The long and short of it is this: In a pinch, if I have a nail to drive and a wrench at hand, I can drive a nail with a wrench. But that doesn't make it a hammer.

If I have a nail to drive and NOTHING at hand, it doesn't make sense to go buy a wrench to drive that nail. I should just buy the proper tool for the job at hand; the hammer.

So if you have a rimfire and want to try something new, limit yourself accordingly, and have fun. If you're buying a rifle, or are going to get serious about hunting coyotes, get the proper rifle. Get a centerfire.
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Old 01-11-2014, 11:27 PM
  #16  
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+1 and extremely well said!!
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Old 01-24-2016, 01:51 AM
  #17  
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Originally Posted by Nomercy448 View Post
I'd be surprised if you don't have a proper choke for buckshot. 00 buck will run best out of an improved or light modified choke, basically what most guys will upland game hunt with. It'll put dogs down out to 50yrds with confidence. Given the choice between a 12ga with 00buckshot and a 22lr rifle right before a hunt, I'd take the 12ga every day of the week (00buck is like 8-15 shots of 22 MAG at THE SAME TIME).

Beyond that, yes, .22lr will kill a coyote, but so will a pointy stick. I've killed dozens of coyotes over the last 20yrs+ with .22lr, and will say that you will not be happy with the results. Even well hit, the dogs will run. Depending on your terrain, that might mean you don't recover ANY of them, or can't confirm that you even killed them straight off.

I've shot a lot of coyotes with both headshots and heart/lung shots with the .22, and I'll be honest, I'm not sure which is really the best recommendation. Headshots are hard because the target is so small and surrounded by structured bone, and heart shots rely on good penetration then bleeding out to kill.

A lot of hunters might be surprised by this, but hollow points are NOT the proper bullet. Penetration is pathetic, they'll mushroom flat on anything hard, and it doesn't take much muscle to drag them to a stop. CCI Mini-mags have been my go to coon and coyote load for at least 15yrs that I can recall.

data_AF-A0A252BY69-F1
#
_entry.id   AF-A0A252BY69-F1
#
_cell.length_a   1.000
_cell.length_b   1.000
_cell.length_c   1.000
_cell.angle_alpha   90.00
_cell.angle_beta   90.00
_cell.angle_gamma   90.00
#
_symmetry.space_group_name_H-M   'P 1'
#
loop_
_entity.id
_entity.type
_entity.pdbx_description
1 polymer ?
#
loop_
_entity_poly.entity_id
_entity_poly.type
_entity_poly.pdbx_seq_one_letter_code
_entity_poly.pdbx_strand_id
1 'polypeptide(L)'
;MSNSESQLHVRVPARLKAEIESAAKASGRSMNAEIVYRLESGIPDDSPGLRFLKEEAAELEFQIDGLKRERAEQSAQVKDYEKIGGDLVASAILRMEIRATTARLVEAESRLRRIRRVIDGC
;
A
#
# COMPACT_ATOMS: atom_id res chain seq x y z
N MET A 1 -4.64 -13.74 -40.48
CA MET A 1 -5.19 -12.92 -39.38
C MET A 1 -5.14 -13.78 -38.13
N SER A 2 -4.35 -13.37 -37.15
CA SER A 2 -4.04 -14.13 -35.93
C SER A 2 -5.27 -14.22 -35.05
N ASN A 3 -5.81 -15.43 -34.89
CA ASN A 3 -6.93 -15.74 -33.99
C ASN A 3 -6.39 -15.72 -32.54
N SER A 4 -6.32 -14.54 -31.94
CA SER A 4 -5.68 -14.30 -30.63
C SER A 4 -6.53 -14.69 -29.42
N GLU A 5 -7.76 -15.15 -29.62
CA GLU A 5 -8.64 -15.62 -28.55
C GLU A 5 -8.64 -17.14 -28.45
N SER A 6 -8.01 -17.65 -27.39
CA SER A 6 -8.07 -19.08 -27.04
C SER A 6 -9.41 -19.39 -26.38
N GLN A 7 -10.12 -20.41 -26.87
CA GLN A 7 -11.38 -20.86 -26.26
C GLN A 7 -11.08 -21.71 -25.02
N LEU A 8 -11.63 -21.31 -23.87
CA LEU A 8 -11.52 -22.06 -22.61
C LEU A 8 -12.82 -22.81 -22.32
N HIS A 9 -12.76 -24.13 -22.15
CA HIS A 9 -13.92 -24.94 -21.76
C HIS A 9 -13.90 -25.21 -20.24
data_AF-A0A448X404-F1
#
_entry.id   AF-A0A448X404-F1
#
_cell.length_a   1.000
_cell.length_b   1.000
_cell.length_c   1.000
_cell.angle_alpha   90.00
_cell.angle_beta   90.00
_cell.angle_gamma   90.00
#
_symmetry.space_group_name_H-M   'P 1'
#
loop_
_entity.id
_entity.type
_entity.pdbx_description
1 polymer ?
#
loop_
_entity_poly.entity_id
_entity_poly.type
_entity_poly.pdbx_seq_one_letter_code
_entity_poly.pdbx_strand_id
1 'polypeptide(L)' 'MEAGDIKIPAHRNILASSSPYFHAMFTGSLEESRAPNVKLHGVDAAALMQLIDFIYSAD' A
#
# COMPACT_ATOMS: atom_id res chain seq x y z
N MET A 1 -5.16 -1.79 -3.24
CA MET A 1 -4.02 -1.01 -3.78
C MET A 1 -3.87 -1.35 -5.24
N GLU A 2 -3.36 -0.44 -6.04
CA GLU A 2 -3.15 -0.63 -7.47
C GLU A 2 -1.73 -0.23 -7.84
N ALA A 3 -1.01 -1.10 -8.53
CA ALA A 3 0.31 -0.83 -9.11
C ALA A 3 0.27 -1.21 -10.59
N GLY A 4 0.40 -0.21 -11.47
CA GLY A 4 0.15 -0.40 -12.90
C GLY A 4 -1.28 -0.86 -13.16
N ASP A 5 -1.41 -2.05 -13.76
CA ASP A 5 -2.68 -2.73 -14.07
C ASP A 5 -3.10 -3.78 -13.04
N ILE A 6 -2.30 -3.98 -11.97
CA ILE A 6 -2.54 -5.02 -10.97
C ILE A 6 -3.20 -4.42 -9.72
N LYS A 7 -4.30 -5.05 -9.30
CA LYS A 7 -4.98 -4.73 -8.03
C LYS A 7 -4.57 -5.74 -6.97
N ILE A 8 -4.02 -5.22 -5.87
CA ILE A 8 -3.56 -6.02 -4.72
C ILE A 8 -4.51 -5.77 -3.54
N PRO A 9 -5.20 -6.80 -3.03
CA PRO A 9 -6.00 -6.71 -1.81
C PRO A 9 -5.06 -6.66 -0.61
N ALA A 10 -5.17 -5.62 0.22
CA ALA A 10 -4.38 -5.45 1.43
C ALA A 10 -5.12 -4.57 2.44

The brainbox on a coyote is somewhere in the 1-1.5" diameter and the margin for error is small (a miss by a half inch might as well be a mile). Unless you can guarantee you WILL hit them in the brain, not just in the head, you shouldn't take a head shot. I typically only place headshots when I'm shooting from a rest with a very accurate rifle, under 50yrds. Usually only under 30yrds. I have recovered LOTS of slugs from the brow bone of coyotes and coons that failed to penetrate the skull. A successful headshot puts them down where shot, a half inch miss just punches a hole in their ear or jacks up their jaw, leaving them to starve. I've killed quite a few coyote over the years with "pierced ears", usually assuming it was from a missed shot.

Heartshots offer a lot bigger target and a bit better margin for error, but you'll still need to be close enough to deliver the energy to penetrate to and through the heart. This won't put them down right there, but they'll often spin themselves into the dirt or run out pretty quickly. Even though the target is bigger, the measly energy of the 22lr means you still can't be very far downrange, 50yrds or so.

I would never intentionally take a lung shot on a coyote with a 22lr. In my experience, that is a guarantee for a run off dog that I don't recover.

Out of all of the coyotes I've killed AND RECOVERED with a .22lr, I'd venture that 95% of them were within 50yrds. Similarly, I'd venture that I've recovered less than 10% of the 75-125yrd "pot shots" at coyotes in my cattle pastures with a .22lr, even knowing that I connected with the shot.

Moral of the story: if for some reason you really don't own an improved choke for your shotgun, then buy one. It'll be leaps and bounds more productive than a .22lr rifle for coyote hunting.